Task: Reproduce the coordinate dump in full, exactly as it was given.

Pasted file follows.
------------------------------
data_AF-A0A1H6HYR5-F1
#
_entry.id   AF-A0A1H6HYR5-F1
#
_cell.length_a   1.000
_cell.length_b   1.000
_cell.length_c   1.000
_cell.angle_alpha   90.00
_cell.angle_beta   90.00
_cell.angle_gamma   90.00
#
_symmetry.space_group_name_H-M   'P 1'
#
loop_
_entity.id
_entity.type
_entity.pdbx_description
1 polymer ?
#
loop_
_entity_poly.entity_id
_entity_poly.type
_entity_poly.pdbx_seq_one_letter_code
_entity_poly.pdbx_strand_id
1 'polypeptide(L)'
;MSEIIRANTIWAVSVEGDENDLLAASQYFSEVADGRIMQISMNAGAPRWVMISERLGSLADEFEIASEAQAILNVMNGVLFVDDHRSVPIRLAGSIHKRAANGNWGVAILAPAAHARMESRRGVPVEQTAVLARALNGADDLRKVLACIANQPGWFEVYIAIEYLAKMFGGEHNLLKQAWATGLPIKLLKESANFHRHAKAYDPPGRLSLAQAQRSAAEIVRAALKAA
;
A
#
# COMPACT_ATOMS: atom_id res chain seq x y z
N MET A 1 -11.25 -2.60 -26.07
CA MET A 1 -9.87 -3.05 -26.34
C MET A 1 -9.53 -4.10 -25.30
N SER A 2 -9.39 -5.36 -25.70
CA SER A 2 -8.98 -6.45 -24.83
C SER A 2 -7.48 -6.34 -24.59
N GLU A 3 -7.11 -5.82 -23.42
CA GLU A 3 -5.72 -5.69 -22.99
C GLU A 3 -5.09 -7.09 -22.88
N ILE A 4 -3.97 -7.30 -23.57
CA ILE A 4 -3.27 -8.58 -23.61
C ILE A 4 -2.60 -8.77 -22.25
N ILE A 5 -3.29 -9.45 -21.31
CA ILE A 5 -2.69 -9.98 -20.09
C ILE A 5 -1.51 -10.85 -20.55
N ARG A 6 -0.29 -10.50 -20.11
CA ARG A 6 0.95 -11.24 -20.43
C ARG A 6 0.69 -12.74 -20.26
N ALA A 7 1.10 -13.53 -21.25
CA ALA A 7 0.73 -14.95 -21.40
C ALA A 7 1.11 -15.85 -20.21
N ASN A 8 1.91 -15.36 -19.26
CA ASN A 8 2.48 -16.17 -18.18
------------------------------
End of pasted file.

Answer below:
data_AF-A0A1H6HYR5-F1
#
_entry.id   AF-A0A1H6HYR5-F1
#
_cell.length_a   1.000
_cell.length_b   1.000
_cell.length_c   1.000
_cell.angle_alpha   90.00
_cell.angle_beta   90.00
_cell.angle_gamma   90.00
#
_symmetry.space_group_name_H-M   'P 1'
#
loop_
_entity.id
_entity.type
_entity.pdbx_description
1 polymer ?
#
loop_
_entity_poly.entity_id
_entity_poly.type
_entity_poly.pdbx_seq_one_letter_code
_entity_poly.pdbx_strand_id
1 'polypeptide(L)'
;MSEIIRANTIWAVSVEGDENDLLAASQYFSEVADGRIMQISMNAGAPRWVMISERLGSLADEFEIASEAQAILNVMNGVLFVDDHRSVPIRLAGSIHKRAANGNWGVAILAPAAHARMESRRGVPVEQTAVLARALNGADDLRKVLACIANQPGWFEVYIAIEYLAKMFGGEHNLLKQAWATGLPIKLLKESANFHRHAKAYDPPGRLSLAQAQRSAAEIVRAALKAA
;
A
#
# COMPACT_ATOMS: atom_id res chain seq x y z
N MET A 1 -11.25 -2.60 -26.07
CA MET A 1 -9.87 -3.05 -26.34
C MET A 1 -9.53 -4.10 -25.30
N SER A 2 -9.39 -5.36 -25.70
CA SER A 2 -8.98 -6.45 -24.83
C SER A 2 -7.48 -6.34 -24.59
N GLU A 3 -7.11 -5.82 -23.42
CA GLU A 3 -5.72 -5.69 -22.99
C GLU A 3 -5.09 -7.09 -22.88
N ILE A 4 -3.97 -7.30 -23.57
CA ILE A 4 -3.27 -8.58 -23.61
C ILE A 4 -2.60 -8.77 -22.25
N ILE A 5 -3.29 -9.45 -21.31
CA ILE A 5 -2.69 -9.98 -20.09
C ILE A 5 -1.51 -10.85 -20.55
N ARG A 6 -0.29 -10.50 -20.11
CA ARG A 6 0.95 -11.24 -20.43
C ARG A 6 0.69 -12.74 -20.26
N ALA A 7 1.10 -13.53 -21.25
CA ALA A 7 0.73 -14.95 -21.40
C ALA A 7 1.11 -15.85 -20.21
N ASN A 8 1.91 -15.36 -19.26
CA ASN A 8 2.48 -16.17 -18.18